Yesterday, Inday Hami’s special request was to have batchoy while Nonoy Rad wanted chicken. Ok, this weekend, its Inday Hami’s pick. Nonoy Rad will have his chicken inasal the following week.
So off we went to Ric Rugged’s Batchoy near Mandurriao Church. A guy in his early 50s was preparing the bowls of miki. This must be Ric. Without hesitation (before my shyness got me), I asked him “Nga-a Ric Rugged ngalan sang batchoyan mu, Nong?” (Why is your batchoyan named Ric Rugged, sir?”)
He smiled and told me his story. You know rugged? Back in the 80s, that was a term referring to jeanswear which was “in” at that time. The tailoring shops were busy making maong jeans.
That’s right. Ric Araneta was a tailor. He thought of venturing into food when a friend taught him how to make batchoy. So, in 1989 he started his small batchoyan near the Mandurriao gym (now, his place is near the church). Just like any small batchoyan, it didn’t have a name. Whenever people wanted Nong Ric’s batchoy, they just referred to it as “mamatsoy ta kay Ric Rugged” (“Let’s have batchoy at Ric Rugged’s”) The name has stuck. Prior to the conversation with Nong Ric, I used to think that the Rugged in Ric had to do with the place, being simple and well…rugged. It does pay to ask. The value of research. Now, we know better.
Anyway, having that chat with Ric Rugged yielded more interesting info regarding batchoy. That’s knowledge and wisdom from the local folk.
For one, he said that the secret to caldo is the tui/tuwi (?) of the pig. It’s what gives the batchoy broth or caldo its distinct flavor. Needed too are the beef (baka) and carabeef (carabao) bones. The carabeef are much better than the beef bones. The longer they stay, the more flavor they produce, he said.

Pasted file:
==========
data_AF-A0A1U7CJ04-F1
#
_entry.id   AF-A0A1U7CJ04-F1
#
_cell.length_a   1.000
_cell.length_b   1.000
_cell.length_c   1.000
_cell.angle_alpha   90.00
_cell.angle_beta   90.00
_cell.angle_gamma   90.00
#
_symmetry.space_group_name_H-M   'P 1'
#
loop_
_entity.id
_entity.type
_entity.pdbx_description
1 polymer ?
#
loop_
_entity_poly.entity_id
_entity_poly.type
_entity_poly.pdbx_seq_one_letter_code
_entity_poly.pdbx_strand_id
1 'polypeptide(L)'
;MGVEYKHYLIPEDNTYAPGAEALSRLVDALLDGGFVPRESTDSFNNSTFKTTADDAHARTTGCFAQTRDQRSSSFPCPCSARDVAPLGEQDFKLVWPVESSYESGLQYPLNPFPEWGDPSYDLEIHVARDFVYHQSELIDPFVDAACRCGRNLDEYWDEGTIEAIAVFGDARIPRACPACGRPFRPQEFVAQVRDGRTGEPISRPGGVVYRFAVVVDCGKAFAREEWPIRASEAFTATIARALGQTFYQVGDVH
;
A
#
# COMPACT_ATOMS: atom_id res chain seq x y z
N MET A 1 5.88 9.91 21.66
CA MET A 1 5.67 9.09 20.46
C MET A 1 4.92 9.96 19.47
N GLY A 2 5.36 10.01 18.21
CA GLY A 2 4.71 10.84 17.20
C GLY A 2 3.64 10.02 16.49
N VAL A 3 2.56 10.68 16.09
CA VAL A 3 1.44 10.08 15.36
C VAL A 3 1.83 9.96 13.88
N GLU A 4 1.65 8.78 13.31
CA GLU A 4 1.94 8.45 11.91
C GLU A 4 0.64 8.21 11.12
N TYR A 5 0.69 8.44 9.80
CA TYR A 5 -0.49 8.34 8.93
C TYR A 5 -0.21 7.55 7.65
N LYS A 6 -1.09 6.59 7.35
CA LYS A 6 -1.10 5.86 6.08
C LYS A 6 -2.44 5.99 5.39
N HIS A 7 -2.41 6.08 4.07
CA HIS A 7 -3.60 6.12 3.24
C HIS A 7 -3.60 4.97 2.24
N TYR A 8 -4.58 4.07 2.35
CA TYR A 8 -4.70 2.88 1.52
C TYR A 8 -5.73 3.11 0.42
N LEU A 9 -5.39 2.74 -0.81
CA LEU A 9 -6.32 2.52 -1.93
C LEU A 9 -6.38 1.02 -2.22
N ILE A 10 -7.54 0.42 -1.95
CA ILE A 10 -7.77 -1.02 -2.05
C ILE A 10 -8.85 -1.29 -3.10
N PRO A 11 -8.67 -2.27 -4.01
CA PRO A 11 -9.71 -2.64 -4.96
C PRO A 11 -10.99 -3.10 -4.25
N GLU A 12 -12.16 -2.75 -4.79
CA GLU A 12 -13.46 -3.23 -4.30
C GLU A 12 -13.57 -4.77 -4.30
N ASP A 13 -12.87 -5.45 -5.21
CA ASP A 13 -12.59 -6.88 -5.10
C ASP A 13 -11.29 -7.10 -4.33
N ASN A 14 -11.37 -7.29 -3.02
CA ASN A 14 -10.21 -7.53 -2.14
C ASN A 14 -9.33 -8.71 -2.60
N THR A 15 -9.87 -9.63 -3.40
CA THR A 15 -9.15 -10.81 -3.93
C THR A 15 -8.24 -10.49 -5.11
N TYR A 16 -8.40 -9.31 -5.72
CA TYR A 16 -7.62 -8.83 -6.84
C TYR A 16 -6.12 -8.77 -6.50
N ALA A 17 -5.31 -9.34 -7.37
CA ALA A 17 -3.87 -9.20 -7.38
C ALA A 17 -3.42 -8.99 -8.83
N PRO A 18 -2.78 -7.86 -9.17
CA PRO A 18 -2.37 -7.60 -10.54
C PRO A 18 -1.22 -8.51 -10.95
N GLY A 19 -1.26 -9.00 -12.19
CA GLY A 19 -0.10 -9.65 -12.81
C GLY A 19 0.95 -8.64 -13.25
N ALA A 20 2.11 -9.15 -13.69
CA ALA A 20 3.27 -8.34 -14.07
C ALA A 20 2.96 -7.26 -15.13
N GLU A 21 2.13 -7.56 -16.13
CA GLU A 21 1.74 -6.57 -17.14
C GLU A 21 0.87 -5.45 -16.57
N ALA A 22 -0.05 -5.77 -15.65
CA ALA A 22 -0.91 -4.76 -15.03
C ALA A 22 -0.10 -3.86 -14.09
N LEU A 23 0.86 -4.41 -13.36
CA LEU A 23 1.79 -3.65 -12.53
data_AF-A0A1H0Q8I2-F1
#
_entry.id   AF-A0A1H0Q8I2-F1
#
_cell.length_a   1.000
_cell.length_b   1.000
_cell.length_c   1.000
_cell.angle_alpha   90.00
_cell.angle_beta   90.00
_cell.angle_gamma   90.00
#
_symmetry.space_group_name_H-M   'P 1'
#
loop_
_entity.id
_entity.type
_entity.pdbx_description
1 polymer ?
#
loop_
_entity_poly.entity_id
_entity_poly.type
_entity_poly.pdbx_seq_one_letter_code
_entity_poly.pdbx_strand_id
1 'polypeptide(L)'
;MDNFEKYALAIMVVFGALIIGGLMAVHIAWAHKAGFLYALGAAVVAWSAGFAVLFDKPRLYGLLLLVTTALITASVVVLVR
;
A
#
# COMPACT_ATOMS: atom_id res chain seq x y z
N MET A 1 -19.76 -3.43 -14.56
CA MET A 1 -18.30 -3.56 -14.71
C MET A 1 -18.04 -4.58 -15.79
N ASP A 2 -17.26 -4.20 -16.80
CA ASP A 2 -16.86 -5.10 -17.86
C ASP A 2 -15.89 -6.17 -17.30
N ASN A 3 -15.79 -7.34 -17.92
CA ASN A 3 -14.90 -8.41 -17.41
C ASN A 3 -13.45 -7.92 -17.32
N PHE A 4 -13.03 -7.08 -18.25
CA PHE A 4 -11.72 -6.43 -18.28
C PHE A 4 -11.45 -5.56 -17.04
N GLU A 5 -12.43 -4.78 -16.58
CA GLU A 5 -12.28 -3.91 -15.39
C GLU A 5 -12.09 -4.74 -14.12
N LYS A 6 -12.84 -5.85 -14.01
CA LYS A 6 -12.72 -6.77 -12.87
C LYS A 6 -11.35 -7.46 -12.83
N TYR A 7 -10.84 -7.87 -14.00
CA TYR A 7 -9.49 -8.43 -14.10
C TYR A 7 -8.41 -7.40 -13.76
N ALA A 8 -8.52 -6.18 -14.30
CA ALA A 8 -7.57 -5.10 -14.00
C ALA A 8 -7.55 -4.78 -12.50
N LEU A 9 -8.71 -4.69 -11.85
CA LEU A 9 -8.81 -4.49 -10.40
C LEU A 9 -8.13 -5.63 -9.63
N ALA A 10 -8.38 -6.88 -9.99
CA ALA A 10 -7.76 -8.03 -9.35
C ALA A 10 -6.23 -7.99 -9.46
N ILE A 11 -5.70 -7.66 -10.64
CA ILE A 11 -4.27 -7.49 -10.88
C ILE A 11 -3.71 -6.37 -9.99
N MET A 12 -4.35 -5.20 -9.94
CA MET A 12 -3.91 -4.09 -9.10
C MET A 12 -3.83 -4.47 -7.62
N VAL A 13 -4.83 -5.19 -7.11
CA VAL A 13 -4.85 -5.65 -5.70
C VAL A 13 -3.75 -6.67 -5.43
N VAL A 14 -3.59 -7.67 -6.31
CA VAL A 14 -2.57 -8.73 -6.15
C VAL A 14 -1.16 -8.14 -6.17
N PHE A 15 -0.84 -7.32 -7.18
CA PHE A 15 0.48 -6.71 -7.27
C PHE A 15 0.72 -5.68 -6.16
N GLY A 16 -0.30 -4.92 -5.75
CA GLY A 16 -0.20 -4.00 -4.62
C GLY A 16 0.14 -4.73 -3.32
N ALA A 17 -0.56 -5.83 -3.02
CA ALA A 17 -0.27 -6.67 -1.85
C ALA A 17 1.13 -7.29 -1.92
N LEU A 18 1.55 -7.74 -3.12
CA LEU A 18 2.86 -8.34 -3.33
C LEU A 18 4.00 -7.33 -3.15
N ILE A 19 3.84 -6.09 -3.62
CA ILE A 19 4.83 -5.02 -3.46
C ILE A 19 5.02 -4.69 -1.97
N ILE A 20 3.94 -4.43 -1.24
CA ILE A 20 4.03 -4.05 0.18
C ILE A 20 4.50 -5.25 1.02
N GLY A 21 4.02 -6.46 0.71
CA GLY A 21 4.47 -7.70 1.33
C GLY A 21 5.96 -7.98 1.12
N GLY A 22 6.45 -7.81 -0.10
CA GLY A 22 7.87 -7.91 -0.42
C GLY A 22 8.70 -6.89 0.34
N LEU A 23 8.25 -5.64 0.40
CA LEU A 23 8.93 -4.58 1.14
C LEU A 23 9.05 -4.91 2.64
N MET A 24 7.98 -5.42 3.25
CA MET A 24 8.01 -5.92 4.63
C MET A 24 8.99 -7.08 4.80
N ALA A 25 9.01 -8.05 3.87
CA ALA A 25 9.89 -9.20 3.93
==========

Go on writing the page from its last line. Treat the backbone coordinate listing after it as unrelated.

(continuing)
Some batchoyan add ginamos (shrimp paste) in their batchoy. Ric doesn’t add ginamos anymore for he can no longer find the the dark colored ginamos (laon) that is ideal for batchoy. It seems like the tradition of producing this ginamos has disappeared. (Inday Hami will check on this. )
Ric Rugged also misses the Marca Manok brand of vetsin that was really an ingredient of the traditional batchoy. This was produced by the Chinese owner of Espanola at the downtown. When the owner died, the recipe went with him.
Ric Rugged also told me about another old batchoyan–Inggo’s, now at Iloilo’s Central Market. He used to frequent it in his younger days. The folks at Inggo’s even mentioned that long before Ted’s and Deco’s were established, Inggo’s was already around. Ted’s and Deco’s owners were actually helpers at Inggo’s batchoyan, originally at La Paz Public Market. Hmm, that’s an interesting point to confirm.
Two last things: Ric Rugged cooks his own chicharon for the batchoy. Namit. Also, you can forego the msg (just like we do. Just tell him or his assistants not to put vetsin in the bowl.) Other batchoyans prepare their broth in the big cauldron with msg in it already, so even if you request for no msg, its pointless.
Learned a lot from a Sunday afternoon eating batchoy at Ric Rugged’s.